Friday, June 30, 2006

Addington/Yoo Doctrine Slapped Down By Supreme Court

This blog has never been reluctant to point the finger of blame for the trampling of the Constitution toward the right suspects, especially David Addington (see inter alia, A Kook By Any Other Name, Geneva Convention Rule To Be Bypassed, Cheney, The Loose Cannon, Ignatius On Kook Addington, and Cheney--Not Intelligence Pros--Wanted CATCH-ALL Program) and John Yoo (see Architect Of Eavesdropping and Torture Policies Unrepentant, Justice Refuses To Provide Legal Rationale for Warrantless Spying To Senate, and Republican Enablers Of Warrantless Eavesdropping).

Yesterday's Supreme Court ruling seems to agree (from Unclaimed Territory):

The Hamdan decision represents, in my opinion, a fatal blow to the Addington/Yoo theory of executive power. For the last four years, the Bush administration has been advancing the theory, both publicly and in its internal legal memoranda, that, as Commander in Chief, the president has the sole discretion to make all decisions regarding war-related issues, even when a duly enacted statute purports to limit his authority. This legal theory serves as the basis for not only the system of military tribunals at Guantanamo, but also the NSA program and the interrogation methods endorsed by the administration.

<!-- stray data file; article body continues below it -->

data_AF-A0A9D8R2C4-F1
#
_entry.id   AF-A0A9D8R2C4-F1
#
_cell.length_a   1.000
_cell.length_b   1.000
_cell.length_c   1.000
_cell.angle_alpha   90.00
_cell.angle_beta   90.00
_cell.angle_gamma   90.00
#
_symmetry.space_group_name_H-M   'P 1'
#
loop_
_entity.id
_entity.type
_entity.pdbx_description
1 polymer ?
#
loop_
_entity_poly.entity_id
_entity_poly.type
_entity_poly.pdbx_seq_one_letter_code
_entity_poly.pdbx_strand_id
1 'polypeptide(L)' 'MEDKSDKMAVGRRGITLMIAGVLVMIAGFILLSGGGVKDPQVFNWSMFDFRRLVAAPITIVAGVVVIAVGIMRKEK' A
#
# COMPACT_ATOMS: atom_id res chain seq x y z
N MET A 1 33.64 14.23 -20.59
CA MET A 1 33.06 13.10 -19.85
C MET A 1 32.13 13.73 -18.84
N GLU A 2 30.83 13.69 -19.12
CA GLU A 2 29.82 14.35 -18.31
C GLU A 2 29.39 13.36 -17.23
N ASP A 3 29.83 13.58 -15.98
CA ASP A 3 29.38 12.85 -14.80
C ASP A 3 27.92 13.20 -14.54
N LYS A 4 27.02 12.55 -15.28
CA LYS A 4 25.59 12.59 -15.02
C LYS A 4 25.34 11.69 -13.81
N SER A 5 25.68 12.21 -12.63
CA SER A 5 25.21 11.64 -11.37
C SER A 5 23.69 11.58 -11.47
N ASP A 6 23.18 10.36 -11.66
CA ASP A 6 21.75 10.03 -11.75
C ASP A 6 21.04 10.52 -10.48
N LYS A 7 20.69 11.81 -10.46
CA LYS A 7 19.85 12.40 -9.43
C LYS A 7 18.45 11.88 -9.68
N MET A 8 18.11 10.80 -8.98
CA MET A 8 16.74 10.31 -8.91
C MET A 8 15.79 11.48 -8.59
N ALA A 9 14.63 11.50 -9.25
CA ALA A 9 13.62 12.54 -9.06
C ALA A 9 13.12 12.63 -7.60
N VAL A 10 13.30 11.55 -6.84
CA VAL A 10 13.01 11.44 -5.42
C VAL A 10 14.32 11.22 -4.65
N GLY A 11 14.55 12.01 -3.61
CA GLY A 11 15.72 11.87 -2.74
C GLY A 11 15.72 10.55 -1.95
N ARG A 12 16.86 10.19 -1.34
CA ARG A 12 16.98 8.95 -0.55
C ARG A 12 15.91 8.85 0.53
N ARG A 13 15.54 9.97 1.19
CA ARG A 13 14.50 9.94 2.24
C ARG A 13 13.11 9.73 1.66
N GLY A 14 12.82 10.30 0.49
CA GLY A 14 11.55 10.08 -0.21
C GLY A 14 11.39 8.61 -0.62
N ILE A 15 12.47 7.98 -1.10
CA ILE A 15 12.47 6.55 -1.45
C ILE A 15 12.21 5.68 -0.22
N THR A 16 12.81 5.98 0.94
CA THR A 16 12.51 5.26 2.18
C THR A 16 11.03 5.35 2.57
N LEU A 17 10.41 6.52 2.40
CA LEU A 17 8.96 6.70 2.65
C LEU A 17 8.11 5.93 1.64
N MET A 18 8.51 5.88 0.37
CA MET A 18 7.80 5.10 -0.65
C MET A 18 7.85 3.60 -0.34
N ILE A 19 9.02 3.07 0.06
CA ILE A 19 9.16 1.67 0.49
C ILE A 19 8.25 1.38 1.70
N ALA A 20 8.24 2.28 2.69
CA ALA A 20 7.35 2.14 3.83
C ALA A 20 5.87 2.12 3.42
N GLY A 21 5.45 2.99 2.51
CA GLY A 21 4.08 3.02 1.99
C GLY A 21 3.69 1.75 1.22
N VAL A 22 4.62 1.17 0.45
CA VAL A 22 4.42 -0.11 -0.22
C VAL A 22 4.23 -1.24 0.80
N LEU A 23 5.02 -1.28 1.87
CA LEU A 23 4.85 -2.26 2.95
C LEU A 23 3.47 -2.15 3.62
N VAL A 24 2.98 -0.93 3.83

But if a statute can place valid and enforceable limits on the president's power to try foreign enemy combatants captured on foreign soil, then can there really be any doubt that a statute can place similar limits on the president's power to conduct surveillance of U.S. citizens within the United States? Of course not.

And the Hamdan opinion completely eviscerates the administration's only other argument in defense of the NSA surveillance program, i.e., that the Authorization for Use of Military Force (AUMF) somehow authorized the circumvention of FISA. The Court notes that "there is nothing in the text or legislative history of the AUMF even hinting that Congress intended to expand or alter the authorization set forth in . . . the UCMJ." All you have to do is substitute "FISA" for "UCMJ" and you know exactly what the Court would say about that argument.

May Addington and Yoo's names join Ehrlichman and Haldeman in historical ignominy.


Post a Comment

<< Home